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Clostridium Difficile infection: Essential knowledge for nurses and midwives

CPD Hours



All Modules
Infectious diseases
Infection control and workplace health and safety


Clostridium difficile infection is a severe gastrointestinal infection caused by toxins released from the spore-forming bacteria Clostridium difficile (C. difficile).

Although commonly thought of as a hospital-acquired infection, community-associated cases are becoming more prevalent in Australia and around the world. People exposed to hospital environments and residential aged care settings are particularly at risk.

Strict adherence to infection prevention and control measures are essential to prevent transmission of C. difficile in both hospital and community settings.

Learning Objective

At the end of this module participants will be able to:

  • Understand the basic features of Clostridium difficile, the bacterium responsible for Clostridium difficile infection.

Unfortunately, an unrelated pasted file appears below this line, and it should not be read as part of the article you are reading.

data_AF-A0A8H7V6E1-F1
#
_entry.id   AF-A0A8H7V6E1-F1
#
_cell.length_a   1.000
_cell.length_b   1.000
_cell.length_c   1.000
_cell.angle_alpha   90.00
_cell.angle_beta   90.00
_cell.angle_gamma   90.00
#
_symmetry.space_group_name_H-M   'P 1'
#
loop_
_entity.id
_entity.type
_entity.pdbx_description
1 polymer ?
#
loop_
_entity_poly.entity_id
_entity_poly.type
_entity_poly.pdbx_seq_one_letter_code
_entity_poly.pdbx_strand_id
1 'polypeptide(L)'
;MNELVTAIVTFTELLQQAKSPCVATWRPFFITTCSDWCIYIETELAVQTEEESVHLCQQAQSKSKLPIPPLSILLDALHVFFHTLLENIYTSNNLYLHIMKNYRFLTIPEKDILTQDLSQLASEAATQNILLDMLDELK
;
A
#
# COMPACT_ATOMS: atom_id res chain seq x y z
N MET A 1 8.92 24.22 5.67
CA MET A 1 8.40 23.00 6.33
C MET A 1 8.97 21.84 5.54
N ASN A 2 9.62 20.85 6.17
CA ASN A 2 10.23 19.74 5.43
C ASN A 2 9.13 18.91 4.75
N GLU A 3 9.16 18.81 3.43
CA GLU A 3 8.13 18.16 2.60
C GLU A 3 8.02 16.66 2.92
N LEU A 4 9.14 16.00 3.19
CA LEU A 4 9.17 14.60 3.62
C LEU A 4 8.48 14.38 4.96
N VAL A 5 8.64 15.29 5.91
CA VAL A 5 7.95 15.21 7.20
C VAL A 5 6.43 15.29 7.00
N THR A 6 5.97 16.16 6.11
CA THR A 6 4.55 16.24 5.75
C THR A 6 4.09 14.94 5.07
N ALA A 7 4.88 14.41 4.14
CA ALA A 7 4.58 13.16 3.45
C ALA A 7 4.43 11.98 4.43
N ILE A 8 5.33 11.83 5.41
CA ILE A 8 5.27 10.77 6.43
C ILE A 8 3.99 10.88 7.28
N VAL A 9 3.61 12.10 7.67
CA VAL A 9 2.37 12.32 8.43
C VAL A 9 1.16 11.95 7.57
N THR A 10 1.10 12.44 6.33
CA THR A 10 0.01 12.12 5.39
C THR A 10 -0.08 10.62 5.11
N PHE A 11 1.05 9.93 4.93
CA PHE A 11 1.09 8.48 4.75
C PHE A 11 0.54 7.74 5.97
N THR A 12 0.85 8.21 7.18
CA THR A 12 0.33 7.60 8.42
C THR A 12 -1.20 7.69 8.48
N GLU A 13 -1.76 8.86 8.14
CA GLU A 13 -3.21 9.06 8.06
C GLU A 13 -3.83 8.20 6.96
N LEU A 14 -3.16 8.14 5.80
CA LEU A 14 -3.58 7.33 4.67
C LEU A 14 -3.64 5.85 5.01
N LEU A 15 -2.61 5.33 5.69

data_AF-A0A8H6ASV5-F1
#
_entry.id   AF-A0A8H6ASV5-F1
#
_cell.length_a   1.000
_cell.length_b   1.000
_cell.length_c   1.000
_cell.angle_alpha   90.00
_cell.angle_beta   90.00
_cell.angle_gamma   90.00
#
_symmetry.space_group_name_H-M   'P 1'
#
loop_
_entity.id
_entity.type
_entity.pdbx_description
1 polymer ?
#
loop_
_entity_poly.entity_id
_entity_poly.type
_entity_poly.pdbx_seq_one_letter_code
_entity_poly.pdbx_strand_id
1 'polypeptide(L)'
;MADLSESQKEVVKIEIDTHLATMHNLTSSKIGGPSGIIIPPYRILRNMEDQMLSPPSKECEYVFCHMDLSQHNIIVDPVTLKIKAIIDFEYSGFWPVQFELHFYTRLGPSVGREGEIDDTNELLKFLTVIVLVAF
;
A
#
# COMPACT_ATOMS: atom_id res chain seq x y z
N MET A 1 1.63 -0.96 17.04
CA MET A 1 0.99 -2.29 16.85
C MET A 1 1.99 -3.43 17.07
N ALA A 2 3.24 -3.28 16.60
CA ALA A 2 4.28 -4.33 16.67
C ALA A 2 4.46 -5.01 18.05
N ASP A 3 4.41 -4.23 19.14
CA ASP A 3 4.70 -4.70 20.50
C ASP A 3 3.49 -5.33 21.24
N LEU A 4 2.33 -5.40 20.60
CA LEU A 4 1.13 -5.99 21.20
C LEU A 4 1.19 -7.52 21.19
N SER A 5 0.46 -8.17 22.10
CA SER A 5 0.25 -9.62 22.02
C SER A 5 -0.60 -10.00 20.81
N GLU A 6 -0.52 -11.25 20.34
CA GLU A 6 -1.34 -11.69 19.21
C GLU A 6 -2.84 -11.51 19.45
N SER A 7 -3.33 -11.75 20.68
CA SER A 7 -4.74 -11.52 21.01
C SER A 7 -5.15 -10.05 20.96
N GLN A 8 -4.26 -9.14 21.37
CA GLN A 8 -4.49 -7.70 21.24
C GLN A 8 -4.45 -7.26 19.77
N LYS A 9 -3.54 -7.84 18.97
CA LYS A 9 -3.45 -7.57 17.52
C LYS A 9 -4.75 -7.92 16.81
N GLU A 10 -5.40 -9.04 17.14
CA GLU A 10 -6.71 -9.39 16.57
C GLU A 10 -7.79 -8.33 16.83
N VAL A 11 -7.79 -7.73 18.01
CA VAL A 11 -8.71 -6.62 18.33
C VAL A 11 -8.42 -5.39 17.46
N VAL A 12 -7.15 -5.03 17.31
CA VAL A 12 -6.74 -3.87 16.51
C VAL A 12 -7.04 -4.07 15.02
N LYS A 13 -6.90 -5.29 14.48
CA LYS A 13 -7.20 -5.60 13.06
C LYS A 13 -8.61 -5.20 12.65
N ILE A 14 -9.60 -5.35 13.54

• Describe how Clostridium difficile is transmitted.
  • Determine what happens after Clostridium difficile spores are ingested.
  • Define Clostridium difficile infection and outline symptoms of infection.
  • Understand how infection is diagnosed, and the requirement for laboratory diagnosis to confirm all cases.
  • Identify risk factors for hospital-acquired and community-associated infection.
  • Outline key infection prevention and control measures necessary to prevent the spread of infection.
  • Describe treatment options for mild, moderate, severe, and recurrent Clostridium difficile infection including therapies and nursing interventions.
  • Highlight emerging therapies.
  • Understand the future directions for the prevention and management of Clostridium difficile.

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